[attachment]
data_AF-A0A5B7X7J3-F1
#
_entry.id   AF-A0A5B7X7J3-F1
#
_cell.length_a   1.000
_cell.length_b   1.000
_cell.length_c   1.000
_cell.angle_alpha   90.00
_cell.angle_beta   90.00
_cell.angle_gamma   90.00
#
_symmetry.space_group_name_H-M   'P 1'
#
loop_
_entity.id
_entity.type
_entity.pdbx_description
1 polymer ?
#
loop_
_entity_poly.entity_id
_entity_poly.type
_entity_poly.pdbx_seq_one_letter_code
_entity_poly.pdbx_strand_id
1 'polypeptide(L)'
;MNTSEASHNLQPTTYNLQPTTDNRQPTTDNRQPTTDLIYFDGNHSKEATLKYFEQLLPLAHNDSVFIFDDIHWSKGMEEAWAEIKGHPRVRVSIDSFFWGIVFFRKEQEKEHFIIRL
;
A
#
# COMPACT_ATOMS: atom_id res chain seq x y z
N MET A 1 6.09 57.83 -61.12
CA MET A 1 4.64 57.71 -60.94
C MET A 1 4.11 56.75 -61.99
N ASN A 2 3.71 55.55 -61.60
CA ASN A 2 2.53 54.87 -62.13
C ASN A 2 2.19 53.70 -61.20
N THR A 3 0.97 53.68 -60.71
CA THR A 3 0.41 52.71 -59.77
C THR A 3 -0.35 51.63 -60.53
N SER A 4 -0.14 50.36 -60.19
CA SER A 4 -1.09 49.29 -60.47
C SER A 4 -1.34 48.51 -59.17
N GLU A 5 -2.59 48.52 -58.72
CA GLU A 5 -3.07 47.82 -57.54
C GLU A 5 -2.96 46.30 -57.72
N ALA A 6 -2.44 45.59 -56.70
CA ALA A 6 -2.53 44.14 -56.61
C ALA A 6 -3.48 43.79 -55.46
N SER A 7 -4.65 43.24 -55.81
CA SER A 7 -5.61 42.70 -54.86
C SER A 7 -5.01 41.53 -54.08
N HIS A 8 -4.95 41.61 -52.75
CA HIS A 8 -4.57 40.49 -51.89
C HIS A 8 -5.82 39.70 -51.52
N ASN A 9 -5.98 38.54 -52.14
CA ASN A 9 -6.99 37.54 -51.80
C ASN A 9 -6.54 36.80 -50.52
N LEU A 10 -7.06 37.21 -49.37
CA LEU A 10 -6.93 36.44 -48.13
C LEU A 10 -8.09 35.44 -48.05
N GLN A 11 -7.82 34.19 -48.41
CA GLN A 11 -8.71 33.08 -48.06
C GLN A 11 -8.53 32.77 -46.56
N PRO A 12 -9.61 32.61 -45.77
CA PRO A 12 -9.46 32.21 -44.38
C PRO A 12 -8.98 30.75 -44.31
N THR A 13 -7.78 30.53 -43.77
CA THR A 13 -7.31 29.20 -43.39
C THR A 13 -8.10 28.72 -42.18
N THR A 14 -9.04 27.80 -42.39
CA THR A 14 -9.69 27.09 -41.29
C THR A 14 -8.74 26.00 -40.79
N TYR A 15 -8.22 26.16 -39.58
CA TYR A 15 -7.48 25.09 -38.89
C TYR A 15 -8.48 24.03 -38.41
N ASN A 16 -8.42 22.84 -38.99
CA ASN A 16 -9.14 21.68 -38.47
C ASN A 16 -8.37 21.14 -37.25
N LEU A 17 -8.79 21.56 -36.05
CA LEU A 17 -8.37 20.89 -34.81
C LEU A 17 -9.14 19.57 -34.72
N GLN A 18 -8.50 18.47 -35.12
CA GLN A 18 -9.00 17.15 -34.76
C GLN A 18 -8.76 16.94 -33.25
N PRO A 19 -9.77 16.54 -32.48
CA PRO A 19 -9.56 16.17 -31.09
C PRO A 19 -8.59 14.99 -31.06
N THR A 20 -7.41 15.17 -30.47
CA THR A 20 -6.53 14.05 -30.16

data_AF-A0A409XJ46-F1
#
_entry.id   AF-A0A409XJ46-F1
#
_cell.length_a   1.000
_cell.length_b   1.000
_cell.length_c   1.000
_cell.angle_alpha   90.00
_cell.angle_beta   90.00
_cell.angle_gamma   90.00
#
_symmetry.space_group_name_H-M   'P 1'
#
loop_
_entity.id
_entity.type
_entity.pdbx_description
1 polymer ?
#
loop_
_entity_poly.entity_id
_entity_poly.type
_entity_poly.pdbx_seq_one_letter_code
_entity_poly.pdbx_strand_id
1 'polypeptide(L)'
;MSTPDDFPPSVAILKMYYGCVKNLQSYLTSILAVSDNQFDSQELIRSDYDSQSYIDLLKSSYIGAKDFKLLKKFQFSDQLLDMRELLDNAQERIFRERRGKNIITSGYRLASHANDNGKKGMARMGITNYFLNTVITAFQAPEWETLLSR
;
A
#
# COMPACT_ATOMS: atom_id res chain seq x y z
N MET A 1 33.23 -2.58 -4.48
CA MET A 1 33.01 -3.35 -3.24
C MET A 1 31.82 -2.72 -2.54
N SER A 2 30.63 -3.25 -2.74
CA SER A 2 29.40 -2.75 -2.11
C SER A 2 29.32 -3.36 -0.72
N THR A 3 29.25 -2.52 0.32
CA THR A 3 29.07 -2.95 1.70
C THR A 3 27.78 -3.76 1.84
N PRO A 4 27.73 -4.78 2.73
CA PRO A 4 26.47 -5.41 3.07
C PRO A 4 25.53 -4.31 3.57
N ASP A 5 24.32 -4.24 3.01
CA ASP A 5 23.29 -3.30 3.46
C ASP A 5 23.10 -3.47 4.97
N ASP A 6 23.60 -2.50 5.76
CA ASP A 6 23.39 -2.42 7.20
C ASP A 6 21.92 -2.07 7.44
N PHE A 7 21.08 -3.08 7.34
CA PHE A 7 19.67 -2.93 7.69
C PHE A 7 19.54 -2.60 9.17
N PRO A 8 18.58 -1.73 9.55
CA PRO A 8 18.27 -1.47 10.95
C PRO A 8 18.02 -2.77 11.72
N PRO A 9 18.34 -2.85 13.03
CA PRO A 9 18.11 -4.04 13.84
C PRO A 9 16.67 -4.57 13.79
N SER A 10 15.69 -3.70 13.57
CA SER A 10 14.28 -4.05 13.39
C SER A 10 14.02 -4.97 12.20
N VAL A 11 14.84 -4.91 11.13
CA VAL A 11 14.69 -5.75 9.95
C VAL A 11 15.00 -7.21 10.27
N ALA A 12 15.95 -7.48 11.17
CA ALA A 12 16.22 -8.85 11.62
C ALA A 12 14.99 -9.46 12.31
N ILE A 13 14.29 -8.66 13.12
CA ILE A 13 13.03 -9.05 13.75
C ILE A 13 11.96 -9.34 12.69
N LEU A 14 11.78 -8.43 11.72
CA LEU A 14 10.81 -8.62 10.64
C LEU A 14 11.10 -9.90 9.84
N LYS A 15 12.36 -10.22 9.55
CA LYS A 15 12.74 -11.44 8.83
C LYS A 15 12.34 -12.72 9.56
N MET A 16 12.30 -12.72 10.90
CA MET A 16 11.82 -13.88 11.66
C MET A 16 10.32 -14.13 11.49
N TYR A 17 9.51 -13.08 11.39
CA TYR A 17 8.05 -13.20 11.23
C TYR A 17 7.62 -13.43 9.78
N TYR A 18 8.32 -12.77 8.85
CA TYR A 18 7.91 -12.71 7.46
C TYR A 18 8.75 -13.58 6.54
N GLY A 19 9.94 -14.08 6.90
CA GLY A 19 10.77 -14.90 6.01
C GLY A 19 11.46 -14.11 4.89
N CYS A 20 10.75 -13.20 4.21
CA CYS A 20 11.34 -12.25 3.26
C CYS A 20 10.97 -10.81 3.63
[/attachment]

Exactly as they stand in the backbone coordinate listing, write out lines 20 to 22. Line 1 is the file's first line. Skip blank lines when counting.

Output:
loop_
_entity_poly.entity_id
_entity_poly.type